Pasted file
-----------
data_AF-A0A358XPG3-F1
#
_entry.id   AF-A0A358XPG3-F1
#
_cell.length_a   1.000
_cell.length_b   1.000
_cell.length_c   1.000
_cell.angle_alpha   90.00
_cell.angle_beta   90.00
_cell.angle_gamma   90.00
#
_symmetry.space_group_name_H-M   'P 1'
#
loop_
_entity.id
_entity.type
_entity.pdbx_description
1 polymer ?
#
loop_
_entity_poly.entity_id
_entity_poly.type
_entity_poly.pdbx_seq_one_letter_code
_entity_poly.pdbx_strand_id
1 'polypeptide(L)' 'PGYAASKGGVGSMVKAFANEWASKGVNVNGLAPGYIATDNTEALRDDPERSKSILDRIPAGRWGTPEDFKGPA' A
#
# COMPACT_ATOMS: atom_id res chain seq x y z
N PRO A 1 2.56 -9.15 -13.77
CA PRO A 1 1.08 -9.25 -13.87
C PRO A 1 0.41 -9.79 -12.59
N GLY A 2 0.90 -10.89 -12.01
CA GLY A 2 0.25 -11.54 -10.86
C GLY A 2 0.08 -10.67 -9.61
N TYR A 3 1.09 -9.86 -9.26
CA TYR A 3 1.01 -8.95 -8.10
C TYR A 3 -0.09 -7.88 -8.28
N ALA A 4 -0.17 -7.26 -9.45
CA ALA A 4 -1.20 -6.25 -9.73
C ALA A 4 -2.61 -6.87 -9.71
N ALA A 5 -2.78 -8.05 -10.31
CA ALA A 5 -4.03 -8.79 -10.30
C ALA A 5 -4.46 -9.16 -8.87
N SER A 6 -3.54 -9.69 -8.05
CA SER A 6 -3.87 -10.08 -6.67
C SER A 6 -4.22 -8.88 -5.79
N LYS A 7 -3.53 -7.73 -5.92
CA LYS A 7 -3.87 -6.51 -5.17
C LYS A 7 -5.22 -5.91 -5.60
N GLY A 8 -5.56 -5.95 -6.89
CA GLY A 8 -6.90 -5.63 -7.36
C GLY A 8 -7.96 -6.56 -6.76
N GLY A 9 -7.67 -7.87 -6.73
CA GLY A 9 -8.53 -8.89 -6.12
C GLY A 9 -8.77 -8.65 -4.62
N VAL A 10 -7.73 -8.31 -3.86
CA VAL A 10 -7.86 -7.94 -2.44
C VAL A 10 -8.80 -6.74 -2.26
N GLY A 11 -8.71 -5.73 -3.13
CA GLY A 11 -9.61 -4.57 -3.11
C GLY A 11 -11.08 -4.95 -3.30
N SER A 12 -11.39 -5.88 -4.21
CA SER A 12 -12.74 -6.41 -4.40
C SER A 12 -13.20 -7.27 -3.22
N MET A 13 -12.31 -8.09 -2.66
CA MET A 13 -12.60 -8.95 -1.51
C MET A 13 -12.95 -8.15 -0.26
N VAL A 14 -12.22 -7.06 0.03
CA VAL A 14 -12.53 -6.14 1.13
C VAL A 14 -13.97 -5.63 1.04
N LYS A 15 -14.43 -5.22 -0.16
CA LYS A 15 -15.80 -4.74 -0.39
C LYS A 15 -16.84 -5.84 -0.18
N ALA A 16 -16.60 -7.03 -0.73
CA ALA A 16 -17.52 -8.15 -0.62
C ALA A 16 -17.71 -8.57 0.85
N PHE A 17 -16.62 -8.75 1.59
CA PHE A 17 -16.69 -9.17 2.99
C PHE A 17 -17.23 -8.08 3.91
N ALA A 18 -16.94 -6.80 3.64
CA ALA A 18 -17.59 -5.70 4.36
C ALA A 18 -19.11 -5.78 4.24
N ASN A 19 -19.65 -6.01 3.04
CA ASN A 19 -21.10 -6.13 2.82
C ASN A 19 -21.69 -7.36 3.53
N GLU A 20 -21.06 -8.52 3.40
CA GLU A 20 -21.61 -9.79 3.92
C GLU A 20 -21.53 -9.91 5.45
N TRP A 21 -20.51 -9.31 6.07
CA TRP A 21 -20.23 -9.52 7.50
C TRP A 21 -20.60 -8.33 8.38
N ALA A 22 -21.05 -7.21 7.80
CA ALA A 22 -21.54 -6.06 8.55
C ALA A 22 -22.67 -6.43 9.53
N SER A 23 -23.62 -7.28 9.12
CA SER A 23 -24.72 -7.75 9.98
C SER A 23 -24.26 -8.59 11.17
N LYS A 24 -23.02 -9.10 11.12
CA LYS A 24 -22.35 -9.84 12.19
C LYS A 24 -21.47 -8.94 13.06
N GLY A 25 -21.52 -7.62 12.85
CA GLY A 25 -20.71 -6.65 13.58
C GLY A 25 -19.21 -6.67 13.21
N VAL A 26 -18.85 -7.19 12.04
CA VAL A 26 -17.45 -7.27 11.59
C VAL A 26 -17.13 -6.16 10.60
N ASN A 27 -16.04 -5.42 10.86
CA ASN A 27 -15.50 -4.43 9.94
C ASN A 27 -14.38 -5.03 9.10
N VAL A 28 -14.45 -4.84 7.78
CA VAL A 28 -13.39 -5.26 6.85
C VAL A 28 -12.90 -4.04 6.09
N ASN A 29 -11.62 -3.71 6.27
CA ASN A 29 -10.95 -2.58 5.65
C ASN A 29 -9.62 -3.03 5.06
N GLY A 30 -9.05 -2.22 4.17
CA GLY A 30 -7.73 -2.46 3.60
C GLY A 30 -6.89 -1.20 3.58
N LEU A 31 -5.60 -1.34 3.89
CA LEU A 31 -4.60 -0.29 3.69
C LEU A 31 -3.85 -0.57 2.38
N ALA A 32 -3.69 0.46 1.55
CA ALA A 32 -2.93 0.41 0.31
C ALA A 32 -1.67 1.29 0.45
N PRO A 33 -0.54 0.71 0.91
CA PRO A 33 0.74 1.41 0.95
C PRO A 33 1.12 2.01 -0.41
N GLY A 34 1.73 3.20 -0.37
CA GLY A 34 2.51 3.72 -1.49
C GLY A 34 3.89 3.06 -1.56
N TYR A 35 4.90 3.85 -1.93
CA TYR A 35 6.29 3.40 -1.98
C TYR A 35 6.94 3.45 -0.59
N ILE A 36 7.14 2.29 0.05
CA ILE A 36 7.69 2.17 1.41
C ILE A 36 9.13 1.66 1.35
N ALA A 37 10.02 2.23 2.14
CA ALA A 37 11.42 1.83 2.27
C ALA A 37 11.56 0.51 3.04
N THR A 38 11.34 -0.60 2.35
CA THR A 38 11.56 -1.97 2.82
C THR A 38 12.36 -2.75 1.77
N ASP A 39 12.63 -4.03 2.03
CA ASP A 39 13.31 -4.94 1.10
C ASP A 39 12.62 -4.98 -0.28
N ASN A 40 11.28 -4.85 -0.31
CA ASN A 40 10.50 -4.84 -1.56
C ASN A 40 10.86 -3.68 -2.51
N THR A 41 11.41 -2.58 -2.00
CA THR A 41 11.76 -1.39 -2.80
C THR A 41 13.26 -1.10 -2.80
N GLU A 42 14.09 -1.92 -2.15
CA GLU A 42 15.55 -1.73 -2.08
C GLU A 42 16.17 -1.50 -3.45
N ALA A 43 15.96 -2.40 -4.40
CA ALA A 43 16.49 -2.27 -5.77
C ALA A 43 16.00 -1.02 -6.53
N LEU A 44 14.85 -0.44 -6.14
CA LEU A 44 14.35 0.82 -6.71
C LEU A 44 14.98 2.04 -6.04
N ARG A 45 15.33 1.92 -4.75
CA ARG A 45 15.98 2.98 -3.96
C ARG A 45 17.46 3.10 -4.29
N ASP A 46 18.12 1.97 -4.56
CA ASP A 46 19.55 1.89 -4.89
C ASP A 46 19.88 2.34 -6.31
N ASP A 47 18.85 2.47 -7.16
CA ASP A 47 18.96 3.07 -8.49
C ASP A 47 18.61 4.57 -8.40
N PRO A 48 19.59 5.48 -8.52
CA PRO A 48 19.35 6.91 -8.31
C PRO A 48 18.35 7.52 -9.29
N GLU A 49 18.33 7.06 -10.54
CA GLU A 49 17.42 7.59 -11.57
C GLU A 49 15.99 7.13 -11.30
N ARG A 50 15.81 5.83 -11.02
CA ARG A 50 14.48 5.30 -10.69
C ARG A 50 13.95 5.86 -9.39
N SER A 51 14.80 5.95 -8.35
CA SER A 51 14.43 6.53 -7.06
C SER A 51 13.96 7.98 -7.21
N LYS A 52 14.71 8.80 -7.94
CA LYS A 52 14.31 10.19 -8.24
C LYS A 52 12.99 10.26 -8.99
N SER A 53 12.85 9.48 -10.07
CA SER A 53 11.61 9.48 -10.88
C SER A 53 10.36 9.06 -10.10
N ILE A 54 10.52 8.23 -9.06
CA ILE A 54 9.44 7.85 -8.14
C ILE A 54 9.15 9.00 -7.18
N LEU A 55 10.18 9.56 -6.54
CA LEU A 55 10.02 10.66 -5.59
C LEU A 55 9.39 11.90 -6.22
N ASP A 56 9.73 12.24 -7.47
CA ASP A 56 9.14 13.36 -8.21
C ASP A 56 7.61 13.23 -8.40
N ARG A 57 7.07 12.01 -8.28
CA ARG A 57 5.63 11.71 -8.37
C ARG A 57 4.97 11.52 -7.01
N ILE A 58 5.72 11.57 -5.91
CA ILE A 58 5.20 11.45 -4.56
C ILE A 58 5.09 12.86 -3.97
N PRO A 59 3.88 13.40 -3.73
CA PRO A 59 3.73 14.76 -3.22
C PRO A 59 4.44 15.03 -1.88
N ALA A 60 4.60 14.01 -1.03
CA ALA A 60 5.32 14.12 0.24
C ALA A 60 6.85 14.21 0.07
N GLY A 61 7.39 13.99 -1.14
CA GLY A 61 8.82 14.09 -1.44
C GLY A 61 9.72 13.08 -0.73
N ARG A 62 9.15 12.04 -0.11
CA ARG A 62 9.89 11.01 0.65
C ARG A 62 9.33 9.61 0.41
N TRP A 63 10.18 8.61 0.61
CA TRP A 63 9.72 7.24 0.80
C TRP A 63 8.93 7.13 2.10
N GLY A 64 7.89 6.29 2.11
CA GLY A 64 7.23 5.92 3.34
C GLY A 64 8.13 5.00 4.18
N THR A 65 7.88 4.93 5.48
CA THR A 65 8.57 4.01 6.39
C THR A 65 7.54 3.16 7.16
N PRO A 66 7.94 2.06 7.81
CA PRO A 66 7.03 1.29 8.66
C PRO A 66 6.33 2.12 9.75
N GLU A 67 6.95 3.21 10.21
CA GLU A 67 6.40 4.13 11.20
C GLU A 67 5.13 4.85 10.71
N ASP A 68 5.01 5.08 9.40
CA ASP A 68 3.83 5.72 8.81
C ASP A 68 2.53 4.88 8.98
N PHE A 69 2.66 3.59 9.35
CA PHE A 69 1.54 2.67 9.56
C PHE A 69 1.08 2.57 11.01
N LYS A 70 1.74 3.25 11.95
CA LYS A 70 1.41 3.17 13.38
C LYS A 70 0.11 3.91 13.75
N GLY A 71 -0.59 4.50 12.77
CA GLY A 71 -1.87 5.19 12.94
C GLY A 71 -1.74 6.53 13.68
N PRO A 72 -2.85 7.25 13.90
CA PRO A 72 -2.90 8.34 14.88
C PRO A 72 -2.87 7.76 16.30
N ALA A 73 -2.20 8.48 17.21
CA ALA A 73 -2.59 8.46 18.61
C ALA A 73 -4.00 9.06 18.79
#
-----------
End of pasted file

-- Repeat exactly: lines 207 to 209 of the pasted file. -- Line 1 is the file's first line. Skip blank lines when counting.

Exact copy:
C ALA A 60 6.85 14.21 0.07
N GLY A 61 7.39 13.99 -1.14
CA GLY A 61 8.82 14.09 -1.44